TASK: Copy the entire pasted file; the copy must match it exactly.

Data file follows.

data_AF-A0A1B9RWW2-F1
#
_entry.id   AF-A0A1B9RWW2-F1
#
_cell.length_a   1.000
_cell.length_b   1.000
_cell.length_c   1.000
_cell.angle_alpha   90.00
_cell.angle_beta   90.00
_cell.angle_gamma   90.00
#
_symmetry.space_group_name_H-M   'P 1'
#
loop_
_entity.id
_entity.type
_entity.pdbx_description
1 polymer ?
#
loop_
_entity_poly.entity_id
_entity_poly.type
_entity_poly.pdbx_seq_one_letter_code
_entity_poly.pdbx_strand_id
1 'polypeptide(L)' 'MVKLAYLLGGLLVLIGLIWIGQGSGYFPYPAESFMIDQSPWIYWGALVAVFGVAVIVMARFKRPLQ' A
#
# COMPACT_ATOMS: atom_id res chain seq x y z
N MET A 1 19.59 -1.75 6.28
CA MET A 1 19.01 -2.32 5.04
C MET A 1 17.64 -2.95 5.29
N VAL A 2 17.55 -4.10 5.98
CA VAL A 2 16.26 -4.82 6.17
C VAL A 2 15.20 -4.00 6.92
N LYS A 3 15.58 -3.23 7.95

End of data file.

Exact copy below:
data_AF-A0A1B9RWW2-F1
#
_entry.id   AF-A0A1B9RWW2-F1
#
_cell.length_a   1.000
_cell.length_b   1.000
_cell.length_c   1.000
_cell.angle_alpha   90.00
_cell.angle_beta   90.00
_cell.angle_gamma   90.00
#
_symmetry.space_group_name_H-M   'P 1'
#
loop_
_entity.id
_entity.type
_entity.pdbx_description
1 polymer ?
#
loop_
_entity_poly.entity_id
_entity_poly.type
_entity_poly.pdbx_seq_one_letter_code
_entity_poly.pdbx_strand_id
1 'polypeptide(L)' 'MVKLAYLLGGLLVLIGLIWIGQGSGYFPYPAESFMIDQSPWIYWGALVAVFGVAVIVMARFKRPLQ' A
#
# COMPACT_ATOMS: atom_id res chain seq x y z
N MET A 1 19.59 -1.75 6.28
CA MET A 1 19.01 -2.32 5.04
C MET A 1 17.64 -2.95 5.29
N VAL A 2 17.55 -4.10 5.98
CA VAL A 2 16.26 -4.82 6.17
C VAL A 2 15.20 -4.00 6.92
N LYS A 3 15.58 -3.23 7.95